A catastrophic fire broke out in Rome in 64 CE. As the legend goes, Nero Caesar was too consumed with fiddling while massive swathes of the city were destroyed. Some contemporaries assert he was just so taken with his supposed musical talent that he couldn’t be bothered with responding to the disaster — call this the “Ineptitude Argument.”
Others claim he was fully aware of the fire but was unconcerned because the fire was mostly devouring poor parts of the city — call this the “Malice Argument.” The latter is likely untrue because Nero was popular with the poor and working class; it’s likely a smear from his political opponents. Furthermore, the fiddle wasn’t invented until the 900s, so he definitely wasn’t playing one; that much is false. A lyre maybe? Either way, the legend survives.
Play it Again, Joe
America currently faces fires great and small that threaten to consume the working and middle classes. Some of those, such as in California, are literal fires. Others are metaphorical, such as student loan debt, voter suppression, voter nullification, decaying infrastructure, creeping climate destruction, and democratic backsliding. The greatest conflagration, though, is the Big Lie.
Throughout the Republican Party from city councils up to the Senate, the idea that the 2020 election was stolen has become a fundamental article of faith. For most Republican voters, this is likely a good-faith attempt to understand why someone they support so strongly lost an election they thought he would easily win.
For Republican elected officials, the ones presented constantly with the actual evidence, this is an effort to seize power. These elected officials reap two basic benefits from convincing the public that elections cannot be trusted if Democrats win. First, they get money. People who are desperate to save their democracy will donate money to candidates who will “fight” against the theft of democracy. Secondly, they gain a mandate to cement their own power.
State legislatures in red states across America are speedily passing laws that will allow legislatures or other chosen officials to alter the blatant results of an election. These laws typically either change who counts the votes or they allow legislatures to overrule the voters if the legislature can effectively argue something nefarious occurred. The plan is pretty simple: first, pick a loyalist to count the votes.
If Republicans lose the election, this handpicked apparatchik can just claim some of the ballots are suspect and throw them out. Just like that, their preferred candidates win. This is, not to be dramatic, the end of a true democratic republic. It’s something more like a diffused Putin-ist state.
Thankfully, the House, Senate, and White House are under (narrow) Democratic control. So, what are they doing about this existential attack, this catastrophic fire? Joe Biden was in Pennsylvania on October 20 giving a speech about infrastructure. He might as well have played some Charlie Daniels covers because he was up there fiddling.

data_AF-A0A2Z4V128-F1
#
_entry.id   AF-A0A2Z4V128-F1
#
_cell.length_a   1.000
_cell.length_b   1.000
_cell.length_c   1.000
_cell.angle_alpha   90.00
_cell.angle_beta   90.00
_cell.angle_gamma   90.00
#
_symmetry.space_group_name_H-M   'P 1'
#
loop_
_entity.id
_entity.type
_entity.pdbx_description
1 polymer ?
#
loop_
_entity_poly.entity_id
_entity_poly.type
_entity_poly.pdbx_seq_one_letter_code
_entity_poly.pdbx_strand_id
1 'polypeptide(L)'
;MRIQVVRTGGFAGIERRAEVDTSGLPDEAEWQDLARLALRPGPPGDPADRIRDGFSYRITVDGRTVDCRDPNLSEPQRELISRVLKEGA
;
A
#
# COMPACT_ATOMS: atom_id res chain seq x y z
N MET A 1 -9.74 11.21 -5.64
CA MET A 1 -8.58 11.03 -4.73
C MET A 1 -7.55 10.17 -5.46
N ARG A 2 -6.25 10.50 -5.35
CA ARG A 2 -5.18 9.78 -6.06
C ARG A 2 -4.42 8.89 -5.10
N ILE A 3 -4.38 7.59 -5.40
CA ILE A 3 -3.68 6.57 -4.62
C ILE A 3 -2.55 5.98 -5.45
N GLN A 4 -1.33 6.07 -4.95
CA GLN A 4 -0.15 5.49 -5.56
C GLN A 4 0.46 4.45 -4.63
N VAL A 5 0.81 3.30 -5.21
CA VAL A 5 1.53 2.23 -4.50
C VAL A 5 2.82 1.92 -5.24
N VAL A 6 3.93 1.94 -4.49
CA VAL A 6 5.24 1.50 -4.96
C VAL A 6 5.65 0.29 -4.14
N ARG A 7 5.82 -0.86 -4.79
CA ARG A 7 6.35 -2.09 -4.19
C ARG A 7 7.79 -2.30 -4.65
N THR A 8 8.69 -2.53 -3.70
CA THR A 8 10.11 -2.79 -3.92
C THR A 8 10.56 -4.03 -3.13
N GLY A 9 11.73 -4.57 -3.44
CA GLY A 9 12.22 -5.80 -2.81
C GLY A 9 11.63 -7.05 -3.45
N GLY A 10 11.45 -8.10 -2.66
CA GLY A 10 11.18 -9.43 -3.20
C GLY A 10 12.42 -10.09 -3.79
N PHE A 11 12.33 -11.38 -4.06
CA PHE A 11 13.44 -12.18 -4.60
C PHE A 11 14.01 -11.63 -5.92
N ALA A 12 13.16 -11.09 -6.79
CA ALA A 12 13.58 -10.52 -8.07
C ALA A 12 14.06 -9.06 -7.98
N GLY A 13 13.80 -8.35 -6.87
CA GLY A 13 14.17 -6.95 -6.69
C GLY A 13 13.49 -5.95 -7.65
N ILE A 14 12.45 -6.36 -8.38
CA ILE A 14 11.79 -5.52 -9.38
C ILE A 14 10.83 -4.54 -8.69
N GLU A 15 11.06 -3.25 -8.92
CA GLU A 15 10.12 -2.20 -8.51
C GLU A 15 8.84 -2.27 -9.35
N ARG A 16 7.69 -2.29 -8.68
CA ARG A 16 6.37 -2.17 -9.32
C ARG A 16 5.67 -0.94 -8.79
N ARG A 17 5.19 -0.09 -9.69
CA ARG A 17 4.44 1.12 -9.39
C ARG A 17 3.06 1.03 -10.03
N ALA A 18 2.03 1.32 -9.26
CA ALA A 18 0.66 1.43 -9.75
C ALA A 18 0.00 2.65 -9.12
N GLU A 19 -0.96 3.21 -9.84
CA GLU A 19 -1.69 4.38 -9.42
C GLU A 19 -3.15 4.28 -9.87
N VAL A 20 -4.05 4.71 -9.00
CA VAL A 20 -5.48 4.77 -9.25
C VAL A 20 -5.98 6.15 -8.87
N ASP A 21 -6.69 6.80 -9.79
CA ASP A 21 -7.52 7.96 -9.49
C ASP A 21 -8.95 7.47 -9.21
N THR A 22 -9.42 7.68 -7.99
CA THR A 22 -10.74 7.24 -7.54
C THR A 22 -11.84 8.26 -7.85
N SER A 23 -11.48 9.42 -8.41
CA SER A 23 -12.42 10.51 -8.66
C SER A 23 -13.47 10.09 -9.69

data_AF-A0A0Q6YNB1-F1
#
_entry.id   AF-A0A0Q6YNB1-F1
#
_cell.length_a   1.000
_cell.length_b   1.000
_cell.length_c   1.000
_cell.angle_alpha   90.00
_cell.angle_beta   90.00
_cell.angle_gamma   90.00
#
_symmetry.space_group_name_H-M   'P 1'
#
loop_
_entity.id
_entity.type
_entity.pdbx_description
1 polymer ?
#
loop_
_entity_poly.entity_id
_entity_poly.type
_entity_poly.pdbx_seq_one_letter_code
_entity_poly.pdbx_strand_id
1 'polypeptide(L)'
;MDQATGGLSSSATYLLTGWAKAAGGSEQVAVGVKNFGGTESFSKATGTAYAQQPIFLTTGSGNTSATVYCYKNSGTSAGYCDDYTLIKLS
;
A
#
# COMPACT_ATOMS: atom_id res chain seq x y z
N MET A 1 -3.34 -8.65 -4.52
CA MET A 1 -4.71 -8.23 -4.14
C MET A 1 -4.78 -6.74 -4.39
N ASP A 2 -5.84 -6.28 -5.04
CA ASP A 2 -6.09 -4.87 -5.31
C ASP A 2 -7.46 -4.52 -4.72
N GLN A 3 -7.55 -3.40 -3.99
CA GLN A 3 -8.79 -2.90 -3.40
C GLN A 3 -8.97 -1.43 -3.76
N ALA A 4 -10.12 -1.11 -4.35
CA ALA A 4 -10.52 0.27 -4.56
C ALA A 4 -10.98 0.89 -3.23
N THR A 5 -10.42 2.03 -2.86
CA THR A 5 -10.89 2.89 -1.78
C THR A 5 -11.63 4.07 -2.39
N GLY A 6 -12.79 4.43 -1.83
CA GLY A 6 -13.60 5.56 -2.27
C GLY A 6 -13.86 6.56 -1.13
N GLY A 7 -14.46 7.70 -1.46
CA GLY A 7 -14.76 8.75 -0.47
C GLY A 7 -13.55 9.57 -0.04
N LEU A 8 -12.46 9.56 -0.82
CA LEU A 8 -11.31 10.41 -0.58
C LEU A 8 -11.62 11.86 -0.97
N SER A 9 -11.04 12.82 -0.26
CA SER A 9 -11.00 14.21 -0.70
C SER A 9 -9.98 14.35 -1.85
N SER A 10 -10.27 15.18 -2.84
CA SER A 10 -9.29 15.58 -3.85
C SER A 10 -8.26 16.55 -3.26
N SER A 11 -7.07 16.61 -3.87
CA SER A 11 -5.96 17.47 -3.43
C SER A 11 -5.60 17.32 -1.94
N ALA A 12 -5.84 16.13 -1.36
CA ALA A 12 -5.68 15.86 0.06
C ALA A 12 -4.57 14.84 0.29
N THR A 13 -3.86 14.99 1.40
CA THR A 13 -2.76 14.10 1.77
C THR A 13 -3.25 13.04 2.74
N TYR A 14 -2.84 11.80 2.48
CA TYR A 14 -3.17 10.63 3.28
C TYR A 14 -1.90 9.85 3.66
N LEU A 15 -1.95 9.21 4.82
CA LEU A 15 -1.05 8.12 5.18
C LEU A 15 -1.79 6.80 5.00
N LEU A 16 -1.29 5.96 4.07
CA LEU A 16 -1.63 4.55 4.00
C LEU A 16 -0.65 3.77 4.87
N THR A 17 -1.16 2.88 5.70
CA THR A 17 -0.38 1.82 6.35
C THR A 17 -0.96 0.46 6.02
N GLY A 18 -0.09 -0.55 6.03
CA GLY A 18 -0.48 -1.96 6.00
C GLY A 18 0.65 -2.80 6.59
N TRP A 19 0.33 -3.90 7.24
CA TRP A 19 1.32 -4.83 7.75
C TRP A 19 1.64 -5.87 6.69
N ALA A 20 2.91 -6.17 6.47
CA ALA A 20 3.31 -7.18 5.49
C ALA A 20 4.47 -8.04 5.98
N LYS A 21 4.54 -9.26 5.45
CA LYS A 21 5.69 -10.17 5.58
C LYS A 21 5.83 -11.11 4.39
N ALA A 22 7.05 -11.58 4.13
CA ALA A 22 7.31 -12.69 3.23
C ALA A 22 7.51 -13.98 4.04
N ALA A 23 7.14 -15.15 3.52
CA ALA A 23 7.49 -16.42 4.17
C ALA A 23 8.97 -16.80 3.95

You Gotta Have a Senate in the Band
Honestly, most of the blame lands on the United States Senate. There are 48 Democratic senators and two independents (Bernie Sanders (I-VT) and Angus King (I-ME)) who are functionally Democrats. In a perfect 50-50 Senate, almost nothing can pass. In the Senate, 51 votes is sufficient to actually pass every piece of legislation. However, 60 votes are required to end “debate” on a bill and actually get to voting on whether or not the bill passes. In reality, this “debate” is just legislative purgatory from which a bill never escapes.
So, 60 votes are needed in order to authorize voting on the bill, which only requires 51 votes to pass. That 51 would be every Democratic senator plus Vice-President (and President of the Senate) Kamala Harris. However, ten Republican senators will never agree to join the 50 Democrats to move on to the actual vote. So, any legislation on voting rights is basically dead. This isn’t really a filibuster but we call it one.
The fault, dear reader, lies not in Joe Biden but in the Senate that we are underlings. That being said, Joe Biden has expansive power of persuasion. Political scientist Richard Neustadt once said the power of the presidency is the power of persuasion. President Biden obviously doesn’t want to lean too hard on reluctant senators to abolish the filibuster because he doesn’t want to alienate or jeopardize them.
Conventional thinking says if he hammers Sen. Joe Manchin (D-WV) too hard, Manchin will either leave the party or lose reelection. That makes sense in an America in which the person with the most votes wins; just limp along while appeasing JoeMan until you can get more Democratic senators elected. That’s the old world, though. There’s no reason to believe that in 2022, 2024, and 2026, Republican state legislatures will allow Democrats to win in red states.
All of this timid fiddling and tiptoeing will look pretty damn silly when Democrats lose illegitimate races from dog catcher up to president. There are still thirteen months until the 2022 elections; it’s still early. But in Washington DC, it gets late early.
To quote Bane, the preeminent political thinker of our time: the fire rises.